Deborah wants me to pick out an intermediate piece to start learning next week. I went to the ARCT Syllabus guide that Robert so graciously sent me and looked up all of the pieces that I considered "intermediate." They were mostly Grade 6 and Grade 7. Not intermediate enough.
I looked up my Beethoven Sonatina in G, my most recent intermediate piece. It's a Grade 3--a very early intermediate. So I'm looking for something in the Grade 4-5 category. And I'd kind of like to work on one of those pieces that everyone loves to hear--Fur Elise, Chopin's Em prelude, the Brahms waltz in Ab--all pieces I learned in junior high, but pieces that I'd like to re-learn, and learn to play well, and not like my junior-high self, whose heart wasn't in the music. And they are pieces I love, and that others love hearing as well.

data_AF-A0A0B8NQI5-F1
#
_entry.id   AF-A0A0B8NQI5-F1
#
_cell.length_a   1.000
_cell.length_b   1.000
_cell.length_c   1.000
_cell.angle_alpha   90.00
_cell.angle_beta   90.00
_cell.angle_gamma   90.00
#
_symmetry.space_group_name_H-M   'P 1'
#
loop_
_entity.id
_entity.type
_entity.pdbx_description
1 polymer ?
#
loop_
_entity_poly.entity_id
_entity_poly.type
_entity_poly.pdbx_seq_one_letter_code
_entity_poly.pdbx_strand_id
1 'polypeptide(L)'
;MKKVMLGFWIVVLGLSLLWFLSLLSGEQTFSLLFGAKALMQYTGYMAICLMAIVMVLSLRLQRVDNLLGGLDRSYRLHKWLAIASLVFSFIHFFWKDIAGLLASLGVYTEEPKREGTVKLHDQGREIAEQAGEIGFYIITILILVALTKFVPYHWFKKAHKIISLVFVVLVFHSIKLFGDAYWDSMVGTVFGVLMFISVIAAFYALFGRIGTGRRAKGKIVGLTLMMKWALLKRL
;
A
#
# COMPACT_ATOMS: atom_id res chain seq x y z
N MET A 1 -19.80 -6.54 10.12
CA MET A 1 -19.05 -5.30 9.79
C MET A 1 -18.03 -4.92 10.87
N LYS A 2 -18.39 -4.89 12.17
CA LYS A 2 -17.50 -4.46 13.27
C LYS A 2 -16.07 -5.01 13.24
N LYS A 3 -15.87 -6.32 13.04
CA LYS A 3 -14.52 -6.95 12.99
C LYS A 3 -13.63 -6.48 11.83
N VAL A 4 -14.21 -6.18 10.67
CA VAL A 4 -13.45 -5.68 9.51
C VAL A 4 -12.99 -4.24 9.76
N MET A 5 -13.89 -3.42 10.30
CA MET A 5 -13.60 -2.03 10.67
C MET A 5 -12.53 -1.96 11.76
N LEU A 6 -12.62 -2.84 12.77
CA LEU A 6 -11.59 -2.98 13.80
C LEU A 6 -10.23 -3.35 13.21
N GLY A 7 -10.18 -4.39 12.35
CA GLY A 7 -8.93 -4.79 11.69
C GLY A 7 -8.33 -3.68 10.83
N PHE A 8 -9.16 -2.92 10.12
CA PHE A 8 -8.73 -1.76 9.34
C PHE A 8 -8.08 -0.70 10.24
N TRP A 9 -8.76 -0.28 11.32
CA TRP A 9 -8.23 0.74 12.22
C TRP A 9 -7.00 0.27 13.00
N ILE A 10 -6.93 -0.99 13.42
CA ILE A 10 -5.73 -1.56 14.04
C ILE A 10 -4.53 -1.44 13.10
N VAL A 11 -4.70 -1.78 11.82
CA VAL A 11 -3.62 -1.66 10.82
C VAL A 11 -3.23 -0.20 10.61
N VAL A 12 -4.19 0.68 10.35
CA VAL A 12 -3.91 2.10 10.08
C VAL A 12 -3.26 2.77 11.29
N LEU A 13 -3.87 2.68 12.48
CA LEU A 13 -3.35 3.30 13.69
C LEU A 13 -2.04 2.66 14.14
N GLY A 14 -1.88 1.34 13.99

Hmm. Fur Elise is Grade 7. The Chopin Prelude is Grade 8. The Brahms Waltz is Grade 8. Too advanced for an intermediate piece? I'll talk it over with Deborah.
I looked up my C# major prelude and fugue and couldn't find them at first. They're in the "Performer's ARCT." My Liszt isn't in there, but I would put it at a Grade 10, since the Consolation No. 3, which I learned in college, is a Grade 9, and is much more basic than "Standchen."
So I guess I'm better than I thought. Or more advanced, at least. But I still need an intermediate piece.
I also made a BIG realization last night as I dug through all of my old music from junior high and earlier. I found another reason that I hated piano back then. Nearly everything I learned was 20th century, mostly things like Kabalevsky and Bartok. I don't dislike either, and sometimes I really get in the mood for Bartok ... but a steady diet of it for a 13-year-old? (I can see why my teacher gave me these pieces. But I can also see why I dreaded practices and lessons both back then.)